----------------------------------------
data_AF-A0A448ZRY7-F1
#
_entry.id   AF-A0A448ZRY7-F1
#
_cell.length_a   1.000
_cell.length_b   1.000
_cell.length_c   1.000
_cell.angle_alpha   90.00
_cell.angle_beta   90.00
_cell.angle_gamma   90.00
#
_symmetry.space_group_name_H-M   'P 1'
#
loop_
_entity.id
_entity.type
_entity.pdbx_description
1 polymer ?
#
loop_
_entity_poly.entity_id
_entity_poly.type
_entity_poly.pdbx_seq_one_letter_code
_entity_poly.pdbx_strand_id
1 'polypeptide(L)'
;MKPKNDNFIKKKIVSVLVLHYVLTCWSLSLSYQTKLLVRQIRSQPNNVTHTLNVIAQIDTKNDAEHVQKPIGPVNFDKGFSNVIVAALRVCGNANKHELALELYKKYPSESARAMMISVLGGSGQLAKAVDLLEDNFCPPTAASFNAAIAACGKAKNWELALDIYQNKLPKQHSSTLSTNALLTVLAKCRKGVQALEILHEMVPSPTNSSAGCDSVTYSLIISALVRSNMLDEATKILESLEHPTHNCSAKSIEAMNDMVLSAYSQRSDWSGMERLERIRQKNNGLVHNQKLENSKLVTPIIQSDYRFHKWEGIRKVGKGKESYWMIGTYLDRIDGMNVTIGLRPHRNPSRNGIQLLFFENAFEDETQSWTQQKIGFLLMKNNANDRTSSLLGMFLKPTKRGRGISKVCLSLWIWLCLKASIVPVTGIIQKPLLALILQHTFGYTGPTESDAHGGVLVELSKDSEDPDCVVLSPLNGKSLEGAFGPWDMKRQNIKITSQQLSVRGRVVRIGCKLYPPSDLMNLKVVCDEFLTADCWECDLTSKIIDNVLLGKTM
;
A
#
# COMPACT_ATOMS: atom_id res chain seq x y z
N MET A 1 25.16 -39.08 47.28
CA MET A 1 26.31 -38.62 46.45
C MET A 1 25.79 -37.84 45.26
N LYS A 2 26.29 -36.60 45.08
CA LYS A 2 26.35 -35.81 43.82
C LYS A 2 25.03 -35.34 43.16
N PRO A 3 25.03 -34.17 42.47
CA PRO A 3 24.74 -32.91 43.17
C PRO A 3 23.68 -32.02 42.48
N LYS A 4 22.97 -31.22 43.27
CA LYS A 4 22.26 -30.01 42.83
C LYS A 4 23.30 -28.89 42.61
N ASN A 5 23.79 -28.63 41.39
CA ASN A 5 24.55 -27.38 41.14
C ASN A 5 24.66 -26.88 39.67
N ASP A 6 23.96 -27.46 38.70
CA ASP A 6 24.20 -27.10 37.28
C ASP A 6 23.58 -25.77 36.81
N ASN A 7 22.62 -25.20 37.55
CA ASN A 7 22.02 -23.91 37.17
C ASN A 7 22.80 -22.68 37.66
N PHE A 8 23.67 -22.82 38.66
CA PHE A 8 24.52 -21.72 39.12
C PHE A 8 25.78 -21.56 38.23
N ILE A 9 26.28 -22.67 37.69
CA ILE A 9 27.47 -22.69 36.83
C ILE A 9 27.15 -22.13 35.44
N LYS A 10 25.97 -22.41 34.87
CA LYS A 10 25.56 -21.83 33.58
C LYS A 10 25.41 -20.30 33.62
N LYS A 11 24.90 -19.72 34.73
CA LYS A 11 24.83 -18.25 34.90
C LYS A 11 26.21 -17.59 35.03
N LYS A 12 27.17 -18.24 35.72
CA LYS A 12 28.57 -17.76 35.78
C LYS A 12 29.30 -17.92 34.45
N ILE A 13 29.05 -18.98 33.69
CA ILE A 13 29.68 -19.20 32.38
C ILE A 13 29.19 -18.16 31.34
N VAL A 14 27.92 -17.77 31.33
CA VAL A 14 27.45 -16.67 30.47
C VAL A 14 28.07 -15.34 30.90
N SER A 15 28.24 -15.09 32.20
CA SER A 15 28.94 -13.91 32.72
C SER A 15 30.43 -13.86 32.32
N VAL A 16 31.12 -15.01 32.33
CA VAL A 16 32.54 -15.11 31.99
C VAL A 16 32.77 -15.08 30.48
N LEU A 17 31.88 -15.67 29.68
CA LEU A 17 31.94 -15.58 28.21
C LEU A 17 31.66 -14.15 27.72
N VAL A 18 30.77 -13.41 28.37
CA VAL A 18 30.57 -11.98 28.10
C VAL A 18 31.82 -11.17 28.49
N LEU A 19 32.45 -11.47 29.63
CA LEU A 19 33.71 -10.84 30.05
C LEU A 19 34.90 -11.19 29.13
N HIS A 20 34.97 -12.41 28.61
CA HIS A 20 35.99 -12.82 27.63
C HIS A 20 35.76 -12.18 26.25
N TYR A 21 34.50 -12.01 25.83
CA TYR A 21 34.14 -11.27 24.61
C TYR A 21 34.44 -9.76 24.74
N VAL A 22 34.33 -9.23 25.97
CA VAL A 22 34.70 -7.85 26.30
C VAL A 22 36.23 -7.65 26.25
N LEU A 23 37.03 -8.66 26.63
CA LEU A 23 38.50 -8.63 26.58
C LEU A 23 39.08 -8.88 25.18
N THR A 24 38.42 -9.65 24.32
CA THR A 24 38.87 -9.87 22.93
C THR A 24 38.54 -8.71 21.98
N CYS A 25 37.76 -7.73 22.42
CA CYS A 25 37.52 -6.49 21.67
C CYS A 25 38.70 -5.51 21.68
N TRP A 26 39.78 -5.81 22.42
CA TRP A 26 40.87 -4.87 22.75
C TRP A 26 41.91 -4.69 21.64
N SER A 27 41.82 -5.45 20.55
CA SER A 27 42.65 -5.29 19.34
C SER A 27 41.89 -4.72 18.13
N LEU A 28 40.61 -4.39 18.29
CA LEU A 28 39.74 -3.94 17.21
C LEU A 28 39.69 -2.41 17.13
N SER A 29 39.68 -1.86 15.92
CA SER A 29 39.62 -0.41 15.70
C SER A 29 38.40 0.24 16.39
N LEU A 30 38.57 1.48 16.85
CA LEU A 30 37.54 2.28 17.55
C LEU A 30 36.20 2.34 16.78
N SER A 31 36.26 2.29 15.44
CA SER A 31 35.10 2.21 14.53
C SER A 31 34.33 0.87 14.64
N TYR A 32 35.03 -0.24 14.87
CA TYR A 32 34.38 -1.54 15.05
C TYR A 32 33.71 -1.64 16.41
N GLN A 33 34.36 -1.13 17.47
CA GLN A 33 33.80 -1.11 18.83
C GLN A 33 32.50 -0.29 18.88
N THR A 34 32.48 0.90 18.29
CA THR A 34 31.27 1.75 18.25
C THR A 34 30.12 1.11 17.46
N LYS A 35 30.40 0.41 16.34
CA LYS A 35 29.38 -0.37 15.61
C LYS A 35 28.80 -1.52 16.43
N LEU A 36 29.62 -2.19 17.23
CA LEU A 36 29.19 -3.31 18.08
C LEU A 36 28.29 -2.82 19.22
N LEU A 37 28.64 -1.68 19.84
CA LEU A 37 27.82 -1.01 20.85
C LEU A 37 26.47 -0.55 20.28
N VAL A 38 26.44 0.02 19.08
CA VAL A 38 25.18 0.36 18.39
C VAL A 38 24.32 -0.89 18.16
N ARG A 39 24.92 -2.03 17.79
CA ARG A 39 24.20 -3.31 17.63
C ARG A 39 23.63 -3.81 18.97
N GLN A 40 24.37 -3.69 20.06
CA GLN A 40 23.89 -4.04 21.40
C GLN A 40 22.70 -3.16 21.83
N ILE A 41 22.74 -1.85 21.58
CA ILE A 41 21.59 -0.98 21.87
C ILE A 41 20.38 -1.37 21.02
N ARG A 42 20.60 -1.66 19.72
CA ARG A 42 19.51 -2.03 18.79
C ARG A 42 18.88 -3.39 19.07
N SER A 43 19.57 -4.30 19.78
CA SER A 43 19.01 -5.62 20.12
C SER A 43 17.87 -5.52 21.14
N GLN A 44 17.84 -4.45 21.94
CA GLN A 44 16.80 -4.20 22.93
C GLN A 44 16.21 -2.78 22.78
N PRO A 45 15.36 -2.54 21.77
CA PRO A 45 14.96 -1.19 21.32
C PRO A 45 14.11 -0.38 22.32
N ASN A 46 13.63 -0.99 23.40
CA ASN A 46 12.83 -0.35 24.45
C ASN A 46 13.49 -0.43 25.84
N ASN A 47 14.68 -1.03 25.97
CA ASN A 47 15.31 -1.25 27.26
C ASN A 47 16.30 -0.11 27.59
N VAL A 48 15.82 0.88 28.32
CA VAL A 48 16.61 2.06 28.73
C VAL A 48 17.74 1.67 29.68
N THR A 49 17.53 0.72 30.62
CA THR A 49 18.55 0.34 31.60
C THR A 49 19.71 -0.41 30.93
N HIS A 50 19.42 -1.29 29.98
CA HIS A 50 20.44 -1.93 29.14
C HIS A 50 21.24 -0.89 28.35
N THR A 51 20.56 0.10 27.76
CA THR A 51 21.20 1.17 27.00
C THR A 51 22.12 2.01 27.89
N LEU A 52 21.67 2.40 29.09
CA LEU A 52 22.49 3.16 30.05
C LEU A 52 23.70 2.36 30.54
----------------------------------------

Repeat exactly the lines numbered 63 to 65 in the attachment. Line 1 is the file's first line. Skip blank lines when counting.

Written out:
C LYS A 11 26.21 -17.59 35.03
N LYS A 12 27.17 -18.24 35.72
CA LYS A 12 28.57 -17.76 35.78